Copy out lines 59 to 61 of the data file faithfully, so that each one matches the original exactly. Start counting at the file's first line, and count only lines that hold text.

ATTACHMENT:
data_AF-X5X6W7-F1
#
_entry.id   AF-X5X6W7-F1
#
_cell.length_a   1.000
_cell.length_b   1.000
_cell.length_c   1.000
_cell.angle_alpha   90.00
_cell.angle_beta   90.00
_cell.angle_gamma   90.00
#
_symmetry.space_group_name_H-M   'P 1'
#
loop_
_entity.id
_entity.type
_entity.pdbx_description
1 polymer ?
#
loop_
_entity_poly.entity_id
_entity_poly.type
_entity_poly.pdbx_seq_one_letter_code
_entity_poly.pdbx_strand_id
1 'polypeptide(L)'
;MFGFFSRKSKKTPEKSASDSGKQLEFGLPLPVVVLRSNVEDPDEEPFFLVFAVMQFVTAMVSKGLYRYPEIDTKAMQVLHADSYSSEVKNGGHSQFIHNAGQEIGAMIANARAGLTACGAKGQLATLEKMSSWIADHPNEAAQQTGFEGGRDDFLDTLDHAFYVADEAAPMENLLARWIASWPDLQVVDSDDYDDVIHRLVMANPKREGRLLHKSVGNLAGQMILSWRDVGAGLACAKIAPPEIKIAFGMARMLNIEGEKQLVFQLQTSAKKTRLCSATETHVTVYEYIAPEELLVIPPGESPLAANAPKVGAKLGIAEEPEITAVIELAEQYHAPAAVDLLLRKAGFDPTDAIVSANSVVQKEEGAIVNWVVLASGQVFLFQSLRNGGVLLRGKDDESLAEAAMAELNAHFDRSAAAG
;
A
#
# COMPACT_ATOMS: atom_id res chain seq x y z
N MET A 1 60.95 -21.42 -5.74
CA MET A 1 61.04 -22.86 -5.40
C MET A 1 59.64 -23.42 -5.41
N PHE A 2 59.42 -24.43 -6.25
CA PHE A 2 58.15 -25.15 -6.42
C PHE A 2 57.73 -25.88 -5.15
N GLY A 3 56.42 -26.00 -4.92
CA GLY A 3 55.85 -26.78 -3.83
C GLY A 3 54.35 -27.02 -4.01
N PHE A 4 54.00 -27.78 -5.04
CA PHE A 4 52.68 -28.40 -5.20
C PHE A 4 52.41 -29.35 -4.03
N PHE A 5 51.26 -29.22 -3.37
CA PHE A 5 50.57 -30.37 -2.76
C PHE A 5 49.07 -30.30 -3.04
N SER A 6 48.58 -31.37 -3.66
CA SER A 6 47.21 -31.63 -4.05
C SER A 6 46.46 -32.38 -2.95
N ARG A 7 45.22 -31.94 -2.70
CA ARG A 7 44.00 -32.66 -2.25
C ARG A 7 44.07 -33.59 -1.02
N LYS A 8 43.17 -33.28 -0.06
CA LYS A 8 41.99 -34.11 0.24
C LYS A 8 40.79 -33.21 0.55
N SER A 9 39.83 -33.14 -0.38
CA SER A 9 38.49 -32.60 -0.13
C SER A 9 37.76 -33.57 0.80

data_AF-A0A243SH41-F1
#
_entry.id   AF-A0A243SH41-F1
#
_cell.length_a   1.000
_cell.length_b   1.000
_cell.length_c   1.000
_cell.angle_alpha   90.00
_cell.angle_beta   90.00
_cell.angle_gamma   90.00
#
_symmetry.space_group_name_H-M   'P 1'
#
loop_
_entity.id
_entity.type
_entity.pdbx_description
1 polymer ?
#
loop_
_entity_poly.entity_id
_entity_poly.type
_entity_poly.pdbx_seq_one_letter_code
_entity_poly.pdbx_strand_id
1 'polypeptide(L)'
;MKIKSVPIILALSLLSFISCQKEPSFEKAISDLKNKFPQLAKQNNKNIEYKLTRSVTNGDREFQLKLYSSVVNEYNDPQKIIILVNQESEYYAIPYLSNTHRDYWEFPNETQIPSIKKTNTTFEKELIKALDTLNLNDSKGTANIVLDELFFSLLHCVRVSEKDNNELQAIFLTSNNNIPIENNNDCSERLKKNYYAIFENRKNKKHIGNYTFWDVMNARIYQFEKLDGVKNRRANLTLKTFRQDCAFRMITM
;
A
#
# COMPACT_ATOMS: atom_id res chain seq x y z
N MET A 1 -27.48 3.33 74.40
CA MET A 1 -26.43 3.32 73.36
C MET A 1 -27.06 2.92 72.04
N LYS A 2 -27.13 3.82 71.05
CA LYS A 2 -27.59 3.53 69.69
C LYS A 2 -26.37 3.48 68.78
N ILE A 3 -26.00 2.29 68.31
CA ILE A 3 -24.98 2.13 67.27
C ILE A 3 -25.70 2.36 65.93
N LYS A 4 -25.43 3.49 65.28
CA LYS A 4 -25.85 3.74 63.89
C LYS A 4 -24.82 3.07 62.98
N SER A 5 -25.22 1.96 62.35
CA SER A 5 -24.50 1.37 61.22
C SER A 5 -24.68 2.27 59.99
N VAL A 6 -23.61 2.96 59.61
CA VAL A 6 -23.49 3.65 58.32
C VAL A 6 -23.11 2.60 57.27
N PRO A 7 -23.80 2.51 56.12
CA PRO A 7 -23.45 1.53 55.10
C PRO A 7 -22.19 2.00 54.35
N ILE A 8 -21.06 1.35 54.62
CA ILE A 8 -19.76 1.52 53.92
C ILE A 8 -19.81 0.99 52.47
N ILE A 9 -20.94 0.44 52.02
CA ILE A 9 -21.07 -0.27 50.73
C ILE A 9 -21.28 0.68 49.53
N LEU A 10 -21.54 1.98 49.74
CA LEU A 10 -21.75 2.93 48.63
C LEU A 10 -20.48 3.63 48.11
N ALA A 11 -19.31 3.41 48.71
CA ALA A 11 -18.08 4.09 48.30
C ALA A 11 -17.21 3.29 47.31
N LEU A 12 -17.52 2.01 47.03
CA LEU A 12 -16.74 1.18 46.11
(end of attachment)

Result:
#
_entry.id   AF-A0A243SH41-F1
#